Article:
I watched this documentary yesterday, after hearing a lot of good things about it from friends of mine. I was ok for the first two episodes but then it really started to lose me. I was glad to read this thread, because I was feeling exactly the same about McNamara (and Oswalt) as many here did. I didn't know who they were before hand either, but they definitely came across kinda annoying and not at all interesting. I understand that this documentary is based off the book, so of course it would focus on her life too, but it just wasn't as interesting as a documentary based solely on the crimes would've been.
The elephant in the room for me is that McNamara just WASN'T a good writer. Yet they keep saying she was over and over again. However we get the voiceover lady reading excerpt after excerpt from her writing, and I mean, talk about purple prose! And that Letter to an Old Man at the end was cringe-inducing. It's the kind of thing a teenager in their first creative writing class might think is amazing.
Also, I know we're meant to believe that she didn't seek the limelight, but based off the recordings of her interviews with people, she came across as not a very good listener (which is funny as that's what nearly turned her off her husband, that he never listened), and injected herself into other people's stories in what I thought was a really insensitive way.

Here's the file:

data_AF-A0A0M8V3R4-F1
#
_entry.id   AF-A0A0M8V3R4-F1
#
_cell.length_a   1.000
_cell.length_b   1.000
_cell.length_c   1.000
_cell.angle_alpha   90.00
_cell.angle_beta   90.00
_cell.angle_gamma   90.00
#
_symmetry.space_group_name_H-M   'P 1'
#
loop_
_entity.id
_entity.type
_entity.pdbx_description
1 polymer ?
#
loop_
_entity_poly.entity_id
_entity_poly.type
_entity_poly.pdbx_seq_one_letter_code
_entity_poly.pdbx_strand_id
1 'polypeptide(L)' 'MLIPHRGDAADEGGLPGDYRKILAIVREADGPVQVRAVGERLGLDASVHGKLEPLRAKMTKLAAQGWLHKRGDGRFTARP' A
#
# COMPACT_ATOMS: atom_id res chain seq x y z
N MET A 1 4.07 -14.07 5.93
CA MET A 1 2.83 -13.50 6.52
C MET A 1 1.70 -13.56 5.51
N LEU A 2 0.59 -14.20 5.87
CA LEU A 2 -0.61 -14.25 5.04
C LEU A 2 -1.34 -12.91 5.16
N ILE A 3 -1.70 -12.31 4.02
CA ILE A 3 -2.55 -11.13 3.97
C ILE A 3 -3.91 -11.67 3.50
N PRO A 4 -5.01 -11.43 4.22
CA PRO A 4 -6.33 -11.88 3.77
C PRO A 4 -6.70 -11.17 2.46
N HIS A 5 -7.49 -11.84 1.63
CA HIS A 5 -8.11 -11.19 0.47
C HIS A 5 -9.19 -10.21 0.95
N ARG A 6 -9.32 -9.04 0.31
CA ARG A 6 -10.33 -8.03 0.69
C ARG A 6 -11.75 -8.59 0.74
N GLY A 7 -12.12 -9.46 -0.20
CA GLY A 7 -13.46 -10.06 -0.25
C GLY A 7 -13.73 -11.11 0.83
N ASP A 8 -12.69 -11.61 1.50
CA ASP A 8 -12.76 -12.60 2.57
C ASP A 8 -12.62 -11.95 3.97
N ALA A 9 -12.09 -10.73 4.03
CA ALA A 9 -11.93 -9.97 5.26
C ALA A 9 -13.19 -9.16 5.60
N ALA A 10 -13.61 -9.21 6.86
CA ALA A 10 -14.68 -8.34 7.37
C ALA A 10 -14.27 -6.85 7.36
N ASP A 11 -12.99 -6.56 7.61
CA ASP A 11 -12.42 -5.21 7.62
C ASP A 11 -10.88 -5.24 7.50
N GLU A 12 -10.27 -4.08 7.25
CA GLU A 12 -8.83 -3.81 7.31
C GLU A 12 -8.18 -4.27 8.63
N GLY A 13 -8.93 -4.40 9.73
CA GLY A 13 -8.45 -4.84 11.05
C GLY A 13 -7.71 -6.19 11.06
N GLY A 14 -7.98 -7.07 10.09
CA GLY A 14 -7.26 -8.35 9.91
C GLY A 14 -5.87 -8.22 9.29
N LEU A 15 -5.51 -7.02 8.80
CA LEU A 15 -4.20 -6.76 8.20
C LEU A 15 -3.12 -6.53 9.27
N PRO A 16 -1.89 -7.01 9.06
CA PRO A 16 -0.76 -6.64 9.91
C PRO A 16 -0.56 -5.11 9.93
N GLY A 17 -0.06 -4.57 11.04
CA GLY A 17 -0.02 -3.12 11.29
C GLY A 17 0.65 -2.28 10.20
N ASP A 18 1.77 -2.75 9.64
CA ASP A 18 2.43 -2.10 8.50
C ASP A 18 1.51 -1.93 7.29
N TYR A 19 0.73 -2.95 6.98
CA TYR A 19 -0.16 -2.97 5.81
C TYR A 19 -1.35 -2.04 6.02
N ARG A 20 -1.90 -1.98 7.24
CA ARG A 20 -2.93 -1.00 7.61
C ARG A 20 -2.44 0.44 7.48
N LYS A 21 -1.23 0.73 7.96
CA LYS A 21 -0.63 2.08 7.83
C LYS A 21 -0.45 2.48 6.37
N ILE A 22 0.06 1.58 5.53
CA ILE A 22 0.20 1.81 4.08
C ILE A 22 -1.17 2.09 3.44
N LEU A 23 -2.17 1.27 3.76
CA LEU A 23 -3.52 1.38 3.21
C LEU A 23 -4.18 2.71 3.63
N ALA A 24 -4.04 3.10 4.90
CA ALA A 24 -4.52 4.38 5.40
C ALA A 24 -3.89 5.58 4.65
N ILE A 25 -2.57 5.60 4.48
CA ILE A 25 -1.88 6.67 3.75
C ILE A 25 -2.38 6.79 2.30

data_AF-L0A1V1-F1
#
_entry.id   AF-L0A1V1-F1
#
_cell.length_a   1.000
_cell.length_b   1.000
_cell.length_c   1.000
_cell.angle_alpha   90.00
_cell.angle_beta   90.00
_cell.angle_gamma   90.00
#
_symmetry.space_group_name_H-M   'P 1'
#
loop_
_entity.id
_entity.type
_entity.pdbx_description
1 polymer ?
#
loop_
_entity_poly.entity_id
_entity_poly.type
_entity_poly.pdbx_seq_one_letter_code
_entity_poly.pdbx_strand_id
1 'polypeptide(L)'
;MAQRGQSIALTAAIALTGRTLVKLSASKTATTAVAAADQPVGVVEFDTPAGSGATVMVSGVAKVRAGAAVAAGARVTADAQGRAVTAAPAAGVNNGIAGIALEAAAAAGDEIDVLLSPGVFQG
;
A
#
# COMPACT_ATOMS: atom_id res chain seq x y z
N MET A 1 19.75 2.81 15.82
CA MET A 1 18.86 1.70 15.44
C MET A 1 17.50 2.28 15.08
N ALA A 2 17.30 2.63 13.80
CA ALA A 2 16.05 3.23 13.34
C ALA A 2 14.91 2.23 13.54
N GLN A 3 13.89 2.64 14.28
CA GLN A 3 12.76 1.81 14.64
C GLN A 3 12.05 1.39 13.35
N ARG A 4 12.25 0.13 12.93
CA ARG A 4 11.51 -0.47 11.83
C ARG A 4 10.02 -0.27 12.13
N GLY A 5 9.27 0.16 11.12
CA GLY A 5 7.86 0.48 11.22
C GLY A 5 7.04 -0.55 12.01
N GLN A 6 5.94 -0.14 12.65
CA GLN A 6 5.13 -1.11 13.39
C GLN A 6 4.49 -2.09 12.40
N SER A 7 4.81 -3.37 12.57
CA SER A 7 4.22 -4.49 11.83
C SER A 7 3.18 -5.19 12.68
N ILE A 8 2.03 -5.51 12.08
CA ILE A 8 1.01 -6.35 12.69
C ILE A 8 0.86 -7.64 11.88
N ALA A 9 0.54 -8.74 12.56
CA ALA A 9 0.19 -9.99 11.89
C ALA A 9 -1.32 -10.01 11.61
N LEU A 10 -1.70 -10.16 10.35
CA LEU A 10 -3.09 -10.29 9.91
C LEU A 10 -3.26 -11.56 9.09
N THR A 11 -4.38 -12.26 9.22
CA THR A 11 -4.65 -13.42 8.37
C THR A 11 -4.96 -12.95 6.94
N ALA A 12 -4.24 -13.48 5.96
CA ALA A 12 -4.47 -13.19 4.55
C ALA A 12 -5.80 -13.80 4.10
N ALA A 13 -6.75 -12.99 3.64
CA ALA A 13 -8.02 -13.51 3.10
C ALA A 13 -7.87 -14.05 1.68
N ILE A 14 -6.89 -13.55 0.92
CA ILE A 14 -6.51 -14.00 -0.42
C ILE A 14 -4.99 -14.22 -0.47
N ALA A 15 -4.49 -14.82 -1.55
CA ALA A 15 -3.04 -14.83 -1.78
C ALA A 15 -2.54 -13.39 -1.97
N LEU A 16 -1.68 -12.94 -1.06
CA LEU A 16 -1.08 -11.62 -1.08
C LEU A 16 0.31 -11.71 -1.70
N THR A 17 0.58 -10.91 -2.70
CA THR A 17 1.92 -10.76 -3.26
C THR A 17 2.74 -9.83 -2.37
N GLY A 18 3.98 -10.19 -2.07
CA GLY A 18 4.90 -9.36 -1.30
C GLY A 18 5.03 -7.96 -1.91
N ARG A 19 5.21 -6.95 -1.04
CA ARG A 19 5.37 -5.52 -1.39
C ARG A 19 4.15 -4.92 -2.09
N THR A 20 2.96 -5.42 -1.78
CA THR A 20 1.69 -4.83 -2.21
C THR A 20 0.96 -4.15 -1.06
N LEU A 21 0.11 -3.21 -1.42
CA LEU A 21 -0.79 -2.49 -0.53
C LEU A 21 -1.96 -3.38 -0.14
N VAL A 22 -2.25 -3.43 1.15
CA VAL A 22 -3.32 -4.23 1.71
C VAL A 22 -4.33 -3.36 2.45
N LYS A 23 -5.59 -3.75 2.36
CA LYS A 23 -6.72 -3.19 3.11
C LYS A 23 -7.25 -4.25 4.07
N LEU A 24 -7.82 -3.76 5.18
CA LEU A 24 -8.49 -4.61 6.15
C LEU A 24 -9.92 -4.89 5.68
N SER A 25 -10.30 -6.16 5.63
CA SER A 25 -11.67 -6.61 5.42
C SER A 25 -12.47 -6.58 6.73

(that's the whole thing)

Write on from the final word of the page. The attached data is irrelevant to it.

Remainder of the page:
One victim is tell her about her relationship with her mother, and she butts in: "Oh yes, well me and my mother had this bad relationship blah blah blah" and it ends with the victim sort of chuckling: "Riiiight. Well my relationship with my mother wasn't like that." Or even worse, when Melanie says: "When I was raped... I was molested by a neighbour", and McNamara immediately jumps in with: "Oh yes, well I mean, there was this guy, my boss, in Northern Ireland, it was like that." You have to hear it to get what I mean, but it doesn't come across like sympathy and understanding, it's like she just wants to use someone else's story to immediately jump in and talk about her.
Speaking of the victims, they were just amazing. I wanted to hug each and every one of them. It must've taken a lot to open up about it so publicly, and also so healing at the same time. I am thinking particularly of the woman who was girl on the piano. Told all her life to not discuss it, punished by her parents for telling a friend etc, for her to sit there, with her police statement, and be able to read it aloud for the first time, well as I say, I just wanted to hug her.
Knowing a bit already about this case, I also couldn't understand why they left so much out of it. The town hall meeting incident, for want of a better term, is one of the greatest examples of this sicko's terror campaign, and they didn't even mention it. All this to say, this documentary just wasn't for me. I understand it was based on her book, so I'm not complaining it wasn't something else, but I do think it's a pity they couldn't have gotten all those interviews with victims and detectives etc and made a better series out of it.